Kass Copeland has worked as a mixed media artist in Chicago since 1995. Prior to earning her BFA from The Ringling College of Art and Design in Sarasota, Florida, she studied and apprenticed with her father, a theatrical and circus prop designer and craftsman. For the last decade she has worked as a freelance artist and designer with the former Redmoon Theater, and other Chicago clients.
I find the puzzling together of previously unrelated objects and images very satisfying. Like joining words together to form a poem, my pieces reveal themselves to me as I form new associations with elements that already have separate histories. Humor is an important component in my work because it provides a universal means of communication.
In my most recent series I’ve created assemblages made from furniture found near dumpsters in Chicago’s Lakeview neighborhood. My work is rooted in a narrative foundation because words have always evoked images for me. I often use favorite childhood stories, rhymes or songs as resources. By focusing on these texts, I hope to provide an alternative view of the past by placing these themes into contemporary, social, and sometimes political, context.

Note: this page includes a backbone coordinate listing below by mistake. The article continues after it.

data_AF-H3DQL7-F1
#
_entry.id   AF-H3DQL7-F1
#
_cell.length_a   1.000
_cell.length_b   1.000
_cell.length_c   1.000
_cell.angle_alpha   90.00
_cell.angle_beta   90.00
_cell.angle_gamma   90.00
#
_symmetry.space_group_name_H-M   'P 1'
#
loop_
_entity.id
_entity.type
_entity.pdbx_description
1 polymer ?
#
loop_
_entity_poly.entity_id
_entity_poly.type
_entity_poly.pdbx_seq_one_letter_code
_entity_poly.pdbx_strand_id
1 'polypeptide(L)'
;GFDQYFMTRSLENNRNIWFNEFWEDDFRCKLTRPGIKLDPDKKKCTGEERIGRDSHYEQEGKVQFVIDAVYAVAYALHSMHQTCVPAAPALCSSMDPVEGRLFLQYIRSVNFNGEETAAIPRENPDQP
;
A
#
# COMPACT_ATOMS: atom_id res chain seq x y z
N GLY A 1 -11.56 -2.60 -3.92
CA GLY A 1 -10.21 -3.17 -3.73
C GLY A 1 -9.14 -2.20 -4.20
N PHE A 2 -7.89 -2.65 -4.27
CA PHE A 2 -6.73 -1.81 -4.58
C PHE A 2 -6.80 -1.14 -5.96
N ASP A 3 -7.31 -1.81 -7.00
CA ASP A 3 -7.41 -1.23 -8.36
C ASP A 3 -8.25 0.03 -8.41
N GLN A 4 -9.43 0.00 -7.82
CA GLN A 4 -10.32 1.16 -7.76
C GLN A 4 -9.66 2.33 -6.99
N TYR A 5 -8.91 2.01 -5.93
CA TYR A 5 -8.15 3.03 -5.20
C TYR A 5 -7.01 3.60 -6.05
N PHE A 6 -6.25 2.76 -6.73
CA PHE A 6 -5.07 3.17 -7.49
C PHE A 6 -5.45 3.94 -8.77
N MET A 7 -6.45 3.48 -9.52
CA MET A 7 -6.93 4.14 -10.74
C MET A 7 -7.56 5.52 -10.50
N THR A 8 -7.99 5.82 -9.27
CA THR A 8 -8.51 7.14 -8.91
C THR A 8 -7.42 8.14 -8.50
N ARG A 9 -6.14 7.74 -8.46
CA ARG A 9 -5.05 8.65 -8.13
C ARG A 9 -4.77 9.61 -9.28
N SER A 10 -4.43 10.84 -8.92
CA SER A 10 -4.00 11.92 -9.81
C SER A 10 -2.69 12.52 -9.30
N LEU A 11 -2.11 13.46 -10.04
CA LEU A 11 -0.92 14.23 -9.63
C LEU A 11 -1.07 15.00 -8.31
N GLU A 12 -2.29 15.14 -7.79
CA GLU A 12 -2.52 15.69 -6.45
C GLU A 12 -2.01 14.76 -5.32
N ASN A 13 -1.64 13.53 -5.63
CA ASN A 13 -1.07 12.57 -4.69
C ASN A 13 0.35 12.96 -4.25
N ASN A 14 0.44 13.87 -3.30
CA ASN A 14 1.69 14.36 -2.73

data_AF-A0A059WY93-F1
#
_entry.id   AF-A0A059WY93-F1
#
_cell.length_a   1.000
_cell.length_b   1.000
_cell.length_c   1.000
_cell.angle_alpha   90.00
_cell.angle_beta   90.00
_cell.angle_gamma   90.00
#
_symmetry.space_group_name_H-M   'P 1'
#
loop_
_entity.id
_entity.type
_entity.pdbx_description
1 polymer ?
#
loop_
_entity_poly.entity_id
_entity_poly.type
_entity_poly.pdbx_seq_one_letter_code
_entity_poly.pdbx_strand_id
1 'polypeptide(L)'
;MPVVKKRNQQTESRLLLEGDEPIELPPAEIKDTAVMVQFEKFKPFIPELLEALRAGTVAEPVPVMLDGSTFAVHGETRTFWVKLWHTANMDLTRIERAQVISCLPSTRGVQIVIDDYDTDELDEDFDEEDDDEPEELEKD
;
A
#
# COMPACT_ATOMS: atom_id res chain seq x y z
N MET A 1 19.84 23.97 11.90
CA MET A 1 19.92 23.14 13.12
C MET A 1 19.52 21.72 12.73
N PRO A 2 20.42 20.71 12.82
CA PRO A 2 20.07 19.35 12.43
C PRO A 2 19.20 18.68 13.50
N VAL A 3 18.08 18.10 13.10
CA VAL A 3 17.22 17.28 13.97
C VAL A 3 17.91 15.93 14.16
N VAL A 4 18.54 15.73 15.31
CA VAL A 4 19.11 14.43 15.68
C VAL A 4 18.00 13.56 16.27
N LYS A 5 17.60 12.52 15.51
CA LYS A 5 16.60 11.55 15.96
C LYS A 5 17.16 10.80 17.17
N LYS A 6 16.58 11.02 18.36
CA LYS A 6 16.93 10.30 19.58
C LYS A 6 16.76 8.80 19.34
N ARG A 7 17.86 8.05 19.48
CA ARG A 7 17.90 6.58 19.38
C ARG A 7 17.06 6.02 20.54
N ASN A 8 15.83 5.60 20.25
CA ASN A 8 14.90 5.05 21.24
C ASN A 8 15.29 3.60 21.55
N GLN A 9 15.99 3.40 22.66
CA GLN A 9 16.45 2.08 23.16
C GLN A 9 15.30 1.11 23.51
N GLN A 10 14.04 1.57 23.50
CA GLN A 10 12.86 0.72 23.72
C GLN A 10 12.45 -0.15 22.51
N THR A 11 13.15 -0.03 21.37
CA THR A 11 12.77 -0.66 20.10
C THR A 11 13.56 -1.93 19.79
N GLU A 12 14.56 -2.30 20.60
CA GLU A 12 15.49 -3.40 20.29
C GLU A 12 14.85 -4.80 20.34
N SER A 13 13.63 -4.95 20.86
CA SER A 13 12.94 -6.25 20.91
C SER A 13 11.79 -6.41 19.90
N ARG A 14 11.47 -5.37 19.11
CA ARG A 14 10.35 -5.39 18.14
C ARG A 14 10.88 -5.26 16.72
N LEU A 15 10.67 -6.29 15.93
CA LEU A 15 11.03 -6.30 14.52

I rescue discarded furniture and household items from alleys and search junk shops for objects and old photos that have stories to tell. My studio wall is filled with shelves of labeled bins containing carefully sorted items. These objects play a fundamental role in my work and are combined with collage and painting. I create the architecture of the pieces by placing various found objects into dresser drawers. I continue to arrange the objects until, at some point, the elements start to look like they belong together. That's when the narrative begins to form in my mind. It can take several weeks or even a few months to complete each piece since I often have to wait until I find just the right elements. Once the composition is complete the assembly process can take another few weeks as each object must be glued separately using various construction grade glues and is then reinforced with screws and nails.